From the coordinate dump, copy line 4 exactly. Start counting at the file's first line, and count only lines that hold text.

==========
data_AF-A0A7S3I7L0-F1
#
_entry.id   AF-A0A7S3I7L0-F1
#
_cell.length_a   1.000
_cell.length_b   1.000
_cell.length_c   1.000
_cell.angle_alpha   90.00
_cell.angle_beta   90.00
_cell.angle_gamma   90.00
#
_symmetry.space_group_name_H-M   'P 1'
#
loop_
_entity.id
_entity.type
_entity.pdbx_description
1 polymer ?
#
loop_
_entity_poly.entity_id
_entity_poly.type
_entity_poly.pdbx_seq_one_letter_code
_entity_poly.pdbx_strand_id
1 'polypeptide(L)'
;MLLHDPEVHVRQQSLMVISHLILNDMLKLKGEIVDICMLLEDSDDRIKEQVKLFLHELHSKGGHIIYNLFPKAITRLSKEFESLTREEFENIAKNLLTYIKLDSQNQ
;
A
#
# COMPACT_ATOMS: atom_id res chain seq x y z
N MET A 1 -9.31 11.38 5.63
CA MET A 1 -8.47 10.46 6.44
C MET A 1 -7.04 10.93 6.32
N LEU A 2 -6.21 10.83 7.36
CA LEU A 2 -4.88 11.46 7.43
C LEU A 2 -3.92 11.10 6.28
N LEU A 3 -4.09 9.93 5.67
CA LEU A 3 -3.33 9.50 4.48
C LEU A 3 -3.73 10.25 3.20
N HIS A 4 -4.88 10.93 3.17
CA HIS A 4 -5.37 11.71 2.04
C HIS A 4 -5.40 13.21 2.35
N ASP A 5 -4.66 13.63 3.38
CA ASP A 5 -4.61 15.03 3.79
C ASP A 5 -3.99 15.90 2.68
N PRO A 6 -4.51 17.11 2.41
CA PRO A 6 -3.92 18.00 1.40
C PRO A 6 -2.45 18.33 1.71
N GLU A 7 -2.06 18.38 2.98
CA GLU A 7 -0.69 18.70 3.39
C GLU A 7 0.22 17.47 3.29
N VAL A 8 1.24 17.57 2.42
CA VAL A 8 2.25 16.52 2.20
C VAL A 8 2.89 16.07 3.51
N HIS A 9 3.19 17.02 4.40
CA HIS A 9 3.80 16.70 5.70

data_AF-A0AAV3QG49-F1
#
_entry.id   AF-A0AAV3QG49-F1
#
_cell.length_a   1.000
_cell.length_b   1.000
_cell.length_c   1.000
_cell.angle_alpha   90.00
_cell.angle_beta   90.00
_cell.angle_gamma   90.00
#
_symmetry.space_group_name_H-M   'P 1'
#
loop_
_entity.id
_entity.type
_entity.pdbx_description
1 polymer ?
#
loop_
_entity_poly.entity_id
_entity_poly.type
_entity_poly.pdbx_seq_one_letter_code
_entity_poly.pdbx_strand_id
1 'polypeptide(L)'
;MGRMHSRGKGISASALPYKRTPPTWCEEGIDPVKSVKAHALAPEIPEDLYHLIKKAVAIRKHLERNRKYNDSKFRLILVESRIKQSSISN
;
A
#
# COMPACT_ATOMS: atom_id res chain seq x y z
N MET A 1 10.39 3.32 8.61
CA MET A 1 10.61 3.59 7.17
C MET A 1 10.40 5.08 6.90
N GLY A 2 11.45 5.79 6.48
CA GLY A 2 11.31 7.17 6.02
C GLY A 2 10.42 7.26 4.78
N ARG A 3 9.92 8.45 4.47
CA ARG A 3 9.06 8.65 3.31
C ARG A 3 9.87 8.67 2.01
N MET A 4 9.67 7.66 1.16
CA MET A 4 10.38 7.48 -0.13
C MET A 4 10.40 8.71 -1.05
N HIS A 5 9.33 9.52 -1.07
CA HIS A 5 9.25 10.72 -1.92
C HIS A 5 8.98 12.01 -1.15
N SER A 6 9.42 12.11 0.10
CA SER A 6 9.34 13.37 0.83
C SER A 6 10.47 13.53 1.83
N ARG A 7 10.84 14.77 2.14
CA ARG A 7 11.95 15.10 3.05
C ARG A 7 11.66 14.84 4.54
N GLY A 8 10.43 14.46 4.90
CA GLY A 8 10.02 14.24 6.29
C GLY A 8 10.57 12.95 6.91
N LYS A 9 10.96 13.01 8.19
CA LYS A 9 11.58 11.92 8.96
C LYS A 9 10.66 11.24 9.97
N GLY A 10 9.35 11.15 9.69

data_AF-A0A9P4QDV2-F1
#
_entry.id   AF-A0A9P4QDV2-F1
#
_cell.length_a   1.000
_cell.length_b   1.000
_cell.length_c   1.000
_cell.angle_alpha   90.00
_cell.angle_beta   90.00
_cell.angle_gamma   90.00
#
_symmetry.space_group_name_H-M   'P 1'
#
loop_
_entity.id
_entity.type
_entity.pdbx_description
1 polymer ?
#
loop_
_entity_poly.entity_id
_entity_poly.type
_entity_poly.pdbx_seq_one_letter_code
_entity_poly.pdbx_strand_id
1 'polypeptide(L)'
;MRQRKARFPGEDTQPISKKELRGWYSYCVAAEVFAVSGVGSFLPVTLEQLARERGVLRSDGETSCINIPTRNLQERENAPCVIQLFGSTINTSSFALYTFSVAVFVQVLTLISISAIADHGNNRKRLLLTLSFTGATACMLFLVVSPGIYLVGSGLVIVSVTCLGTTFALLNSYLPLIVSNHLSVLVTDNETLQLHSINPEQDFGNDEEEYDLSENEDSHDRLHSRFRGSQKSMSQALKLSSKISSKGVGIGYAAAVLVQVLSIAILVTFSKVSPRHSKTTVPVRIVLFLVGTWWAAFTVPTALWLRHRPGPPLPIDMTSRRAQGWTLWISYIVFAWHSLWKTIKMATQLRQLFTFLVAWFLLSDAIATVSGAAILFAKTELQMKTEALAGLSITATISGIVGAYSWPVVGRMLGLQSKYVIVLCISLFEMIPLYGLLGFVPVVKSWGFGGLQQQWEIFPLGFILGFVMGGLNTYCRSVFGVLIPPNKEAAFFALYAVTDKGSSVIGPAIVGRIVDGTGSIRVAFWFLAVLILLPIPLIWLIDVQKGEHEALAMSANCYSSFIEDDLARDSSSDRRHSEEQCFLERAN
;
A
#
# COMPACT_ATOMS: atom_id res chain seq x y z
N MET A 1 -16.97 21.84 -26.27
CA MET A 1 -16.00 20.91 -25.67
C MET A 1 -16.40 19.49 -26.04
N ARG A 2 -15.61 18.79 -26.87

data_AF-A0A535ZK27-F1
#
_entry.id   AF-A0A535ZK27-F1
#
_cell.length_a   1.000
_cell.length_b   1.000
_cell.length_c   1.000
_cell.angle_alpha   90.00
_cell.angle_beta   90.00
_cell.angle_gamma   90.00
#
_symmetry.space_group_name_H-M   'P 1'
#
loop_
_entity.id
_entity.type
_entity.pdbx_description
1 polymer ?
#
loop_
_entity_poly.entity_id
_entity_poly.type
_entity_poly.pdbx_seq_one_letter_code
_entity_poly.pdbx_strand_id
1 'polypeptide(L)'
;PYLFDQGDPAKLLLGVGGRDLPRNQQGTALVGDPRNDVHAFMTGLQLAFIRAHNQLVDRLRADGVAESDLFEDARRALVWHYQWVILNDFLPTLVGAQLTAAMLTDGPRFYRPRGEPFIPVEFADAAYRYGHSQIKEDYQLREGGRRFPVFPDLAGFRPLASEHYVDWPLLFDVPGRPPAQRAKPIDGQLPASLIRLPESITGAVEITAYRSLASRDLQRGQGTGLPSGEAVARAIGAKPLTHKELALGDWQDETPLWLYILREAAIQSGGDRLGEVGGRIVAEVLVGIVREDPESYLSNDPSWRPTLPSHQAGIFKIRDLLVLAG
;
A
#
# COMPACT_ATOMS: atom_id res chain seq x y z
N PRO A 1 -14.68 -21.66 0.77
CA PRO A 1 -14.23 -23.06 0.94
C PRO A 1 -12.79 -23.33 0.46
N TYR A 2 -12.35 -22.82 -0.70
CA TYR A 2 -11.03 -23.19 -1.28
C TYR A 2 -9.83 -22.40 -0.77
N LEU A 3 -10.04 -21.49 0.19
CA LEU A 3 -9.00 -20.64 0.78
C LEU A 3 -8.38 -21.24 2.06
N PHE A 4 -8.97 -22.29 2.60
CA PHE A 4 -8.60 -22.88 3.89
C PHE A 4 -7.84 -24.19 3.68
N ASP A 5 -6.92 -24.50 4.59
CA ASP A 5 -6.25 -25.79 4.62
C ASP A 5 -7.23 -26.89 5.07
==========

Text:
#